Rankings[edit]

Currently, this infobox's 'ranking' section automatically adds 'USNWR' as a prefix. USNWR rankings are not applicable outside of the US. Can the rankings section be changed to allow choice of ranking publication, or perhaps direct to an international ranking, such as the QS Subject Rankings for Law? Tlönorbis (talk) 02:47, 8 May 2013 (UTC)

Template-protected edit request on 18 August 2015[edit]

Please add an "annual tuition" field to the law school infobox template. This information is just as important for readers as knowing what a law school's endowment is. Vivavoce23 (talk) 15:53, 18 August 2015‎ (UTC)

@Vivavoce23: Not done Please see the #Remove annual tuition parameter section above. --Ahecht (TALK
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@Ahecht:The above rationale with respect to prices for goods and services does NOT apply in the context of law schools and post-secondary education generally. Higher education is not a consumer good, and the price paid directly by students is very important information for understanding that particular institution. There is currently already a practice of including tuition in the body text of law school wikipedia pages, and it makes sense to include in the infobox as well.Vivavoce23 (talk) 17:39, 18 August 2015 (UTC)

Red information icon with gradient background.svg Not done: please establish a consensus for this alteration before using the {{edit template-protected}} template. Ahecht (TALK
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Remove endowment[edit]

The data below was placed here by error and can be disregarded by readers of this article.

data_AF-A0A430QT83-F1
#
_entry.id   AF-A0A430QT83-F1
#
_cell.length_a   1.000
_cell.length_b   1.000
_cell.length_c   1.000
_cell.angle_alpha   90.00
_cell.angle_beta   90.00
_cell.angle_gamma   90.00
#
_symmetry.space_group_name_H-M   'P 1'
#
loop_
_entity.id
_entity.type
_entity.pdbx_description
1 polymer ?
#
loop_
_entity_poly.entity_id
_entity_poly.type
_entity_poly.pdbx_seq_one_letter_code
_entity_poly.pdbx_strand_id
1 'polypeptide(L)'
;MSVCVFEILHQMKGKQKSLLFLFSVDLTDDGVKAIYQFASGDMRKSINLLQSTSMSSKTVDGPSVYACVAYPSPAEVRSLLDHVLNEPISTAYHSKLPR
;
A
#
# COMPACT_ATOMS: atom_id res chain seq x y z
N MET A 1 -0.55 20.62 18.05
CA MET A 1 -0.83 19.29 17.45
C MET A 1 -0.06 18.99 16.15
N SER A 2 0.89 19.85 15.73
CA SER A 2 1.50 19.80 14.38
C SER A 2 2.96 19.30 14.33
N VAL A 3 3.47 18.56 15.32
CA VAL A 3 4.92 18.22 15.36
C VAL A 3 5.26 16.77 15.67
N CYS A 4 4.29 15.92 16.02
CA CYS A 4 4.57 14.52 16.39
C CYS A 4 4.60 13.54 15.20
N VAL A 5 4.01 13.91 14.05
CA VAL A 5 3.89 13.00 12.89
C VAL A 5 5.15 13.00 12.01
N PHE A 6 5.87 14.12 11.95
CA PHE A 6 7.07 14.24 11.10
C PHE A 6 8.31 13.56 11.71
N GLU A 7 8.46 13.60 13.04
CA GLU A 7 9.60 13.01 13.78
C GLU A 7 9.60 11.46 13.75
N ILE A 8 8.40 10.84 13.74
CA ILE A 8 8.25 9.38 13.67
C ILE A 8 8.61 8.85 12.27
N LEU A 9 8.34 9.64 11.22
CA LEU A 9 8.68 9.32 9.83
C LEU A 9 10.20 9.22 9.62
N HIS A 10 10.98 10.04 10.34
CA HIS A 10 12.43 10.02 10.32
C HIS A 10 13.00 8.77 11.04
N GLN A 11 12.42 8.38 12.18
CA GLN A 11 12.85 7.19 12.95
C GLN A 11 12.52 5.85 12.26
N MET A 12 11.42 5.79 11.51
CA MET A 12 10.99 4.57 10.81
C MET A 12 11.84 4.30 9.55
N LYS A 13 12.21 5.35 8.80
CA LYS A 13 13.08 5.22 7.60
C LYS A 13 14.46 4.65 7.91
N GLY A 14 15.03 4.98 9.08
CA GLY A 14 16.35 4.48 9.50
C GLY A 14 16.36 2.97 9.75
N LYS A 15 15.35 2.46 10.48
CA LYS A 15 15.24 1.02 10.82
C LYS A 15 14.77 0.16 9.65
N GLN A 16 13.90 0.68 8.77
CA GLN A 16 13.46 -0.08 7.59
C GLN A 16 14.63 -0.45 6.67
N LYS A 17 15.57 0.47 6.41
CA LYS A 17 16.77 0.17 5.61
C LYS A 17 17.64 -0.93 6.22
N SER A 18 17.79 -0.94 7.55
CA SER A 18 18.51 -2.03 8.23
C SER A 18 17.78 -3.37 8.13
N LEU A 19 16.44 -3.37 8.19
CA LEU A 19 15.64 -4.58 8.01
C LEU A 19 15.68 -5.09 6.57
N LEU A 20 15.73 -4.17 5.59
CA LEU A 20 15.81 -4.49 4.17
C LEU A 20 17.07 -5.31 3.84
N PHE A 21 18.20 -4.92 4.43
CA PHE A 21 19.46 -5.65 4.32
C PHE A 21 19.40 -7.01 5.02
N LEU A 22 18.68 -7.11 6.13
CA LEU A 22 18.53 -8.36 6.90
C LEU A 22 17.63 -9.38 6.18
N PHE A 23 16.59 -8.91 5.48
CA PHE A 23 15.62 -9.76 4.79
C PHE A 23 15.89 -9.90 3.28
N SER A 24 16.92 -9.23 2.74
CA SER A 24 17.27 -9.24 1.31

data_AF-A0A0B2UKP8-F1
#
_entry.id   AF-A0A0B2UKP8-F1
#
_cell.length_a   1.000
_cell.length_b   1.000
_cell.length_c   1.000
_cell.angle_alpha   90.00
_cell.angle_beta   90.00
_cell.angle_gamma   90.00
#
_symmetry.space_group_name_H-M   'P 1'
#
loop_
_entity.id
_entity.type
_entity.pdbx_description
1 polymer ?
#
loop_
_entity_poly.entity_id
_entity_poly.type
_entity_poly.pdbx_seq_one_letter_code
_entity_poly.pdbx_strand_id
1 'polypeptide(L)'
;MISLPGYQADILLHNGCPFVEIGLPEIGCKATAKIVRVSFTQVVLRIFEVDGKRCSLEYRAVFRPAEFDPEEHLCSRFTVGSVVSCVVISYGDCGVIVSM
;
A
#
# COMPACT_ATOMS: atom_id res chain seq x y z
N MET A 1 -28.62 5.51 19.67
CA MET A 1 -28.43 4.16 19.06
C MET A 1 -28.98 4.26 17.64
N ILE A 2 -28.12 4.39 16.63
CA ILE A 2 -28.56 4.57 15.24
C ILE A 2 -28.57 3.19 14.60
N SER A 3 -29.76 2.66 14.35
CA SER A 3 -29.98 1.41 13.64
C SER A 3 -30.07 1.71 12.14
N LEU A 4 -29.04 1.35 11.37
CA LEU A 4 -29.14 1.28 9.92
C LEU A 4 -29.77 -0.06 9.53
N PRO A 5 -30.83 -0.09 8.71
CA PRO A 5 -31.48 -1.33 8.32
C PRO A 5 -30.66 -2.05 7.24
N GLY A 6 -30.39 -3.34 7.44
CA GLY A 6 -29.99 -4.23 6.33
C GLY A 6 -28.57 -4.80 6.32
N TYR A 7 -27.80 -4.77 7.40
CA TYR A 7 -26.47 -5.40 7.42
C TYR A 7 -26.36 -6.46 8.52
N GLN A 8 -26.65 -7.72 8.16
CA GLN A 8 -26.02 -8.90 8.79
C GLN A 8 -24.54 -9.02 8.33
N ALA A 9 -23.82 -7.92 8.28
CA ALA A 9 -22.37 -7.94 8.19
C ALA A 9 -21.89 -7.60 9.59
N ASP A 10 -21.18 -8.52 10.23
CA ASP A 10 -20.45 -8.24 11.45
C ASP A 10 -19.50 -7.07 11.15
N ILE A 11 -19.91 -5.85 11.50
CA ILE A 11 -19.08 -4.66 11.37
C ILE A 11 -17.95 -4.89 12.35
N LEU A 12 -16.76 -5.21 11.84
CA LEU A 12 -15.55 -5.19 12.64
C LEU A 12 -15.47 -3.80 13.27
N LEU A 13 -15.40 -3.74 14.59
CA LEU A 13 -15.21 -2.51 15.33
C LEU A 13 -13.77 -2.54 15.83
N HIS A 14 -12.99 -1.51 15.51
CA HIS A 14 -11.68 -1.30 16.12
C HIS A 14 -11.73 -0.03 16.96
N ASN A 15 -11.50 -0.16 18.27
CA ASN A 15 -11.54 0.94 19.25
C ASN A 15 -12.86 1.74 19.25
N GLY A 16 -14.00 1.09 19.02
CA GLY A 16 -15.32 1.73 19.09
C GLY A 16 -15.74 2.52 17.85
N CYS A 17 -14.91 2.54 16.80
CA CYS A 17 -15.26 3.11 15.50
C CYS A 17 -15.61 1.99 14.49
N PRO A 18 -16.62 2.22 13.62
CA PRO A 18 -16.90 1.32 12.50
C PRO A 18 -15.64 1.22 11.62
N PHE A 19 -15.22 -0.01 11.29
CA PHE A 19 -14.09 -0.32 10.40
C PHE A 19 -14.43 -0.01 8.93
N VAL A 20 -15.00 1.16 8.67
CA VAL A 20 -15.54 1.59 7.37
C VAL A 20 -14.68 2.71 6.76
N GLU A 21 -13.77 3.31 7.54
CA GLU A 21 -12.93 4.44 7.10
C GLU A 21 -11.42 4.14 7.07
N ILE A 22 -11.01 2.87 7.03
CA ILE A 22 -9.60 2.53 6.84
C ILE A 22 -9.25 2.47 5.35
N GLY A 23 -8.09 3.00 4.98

There are too many schools and too much fluctuation. There is not enough nuance and context. The Infoxbox doesn't show how the endowment is used. It also needs to be updated every year. — Preceding unsigned comment added by Vivavoce23 (talkcontribs) 05:30, 25 August 2015 (UTC)

Remove faculty numbers[edit]

There are too many schools and too much fluctuation. There is not enough nuance and context. The Infoxbox doesn't show how the faculty are divided (tenured, assistant, associate, adjunct). It doesn't show whether they teach or now. It also needs to be updated every year. — Preceding unsigned comment added by Vivavoce23 (talkcontribs) 05:31, 25 August 2015 (UTC)

You're not as clever as you think you are. ElKevbo (talk) 11:27, 25 August 2015 (UTC)

Add religious affiliation field[edit]

I propose adding a field to enter the school's religious affiliation, as there are a number of American law schools that are associated with a particular church or religion. This would follow the format used by Template:Infobox University, where the displayed field name is "Religious affiliation." Ergo Sum 23:01, 12 May 2016 (UTC)

Reiterating the above, it seems quite logical that there be such a field. Just as many American universities have a religious affiliation, so too do their constituent law schools. Ergo Sum 17:52, 9 July 2016 (UTC)

After allowing more than a year without any comments, I am re-proposing this edit. The full code to achieve this is currently in this template's sandbox. It is as follows: inserting
| label3 = Religious affiliation
| data3 = {{{religious affiliation|}}}

after the parent parameter, as well as renumbering all of the subsequent parameters. Ergo Sum 19:45, 15 January 2018 (UTC)

No objection for over a year, so  Done — Martin (MSGJ · talk) 09:25, 16 January 2018 (UTC)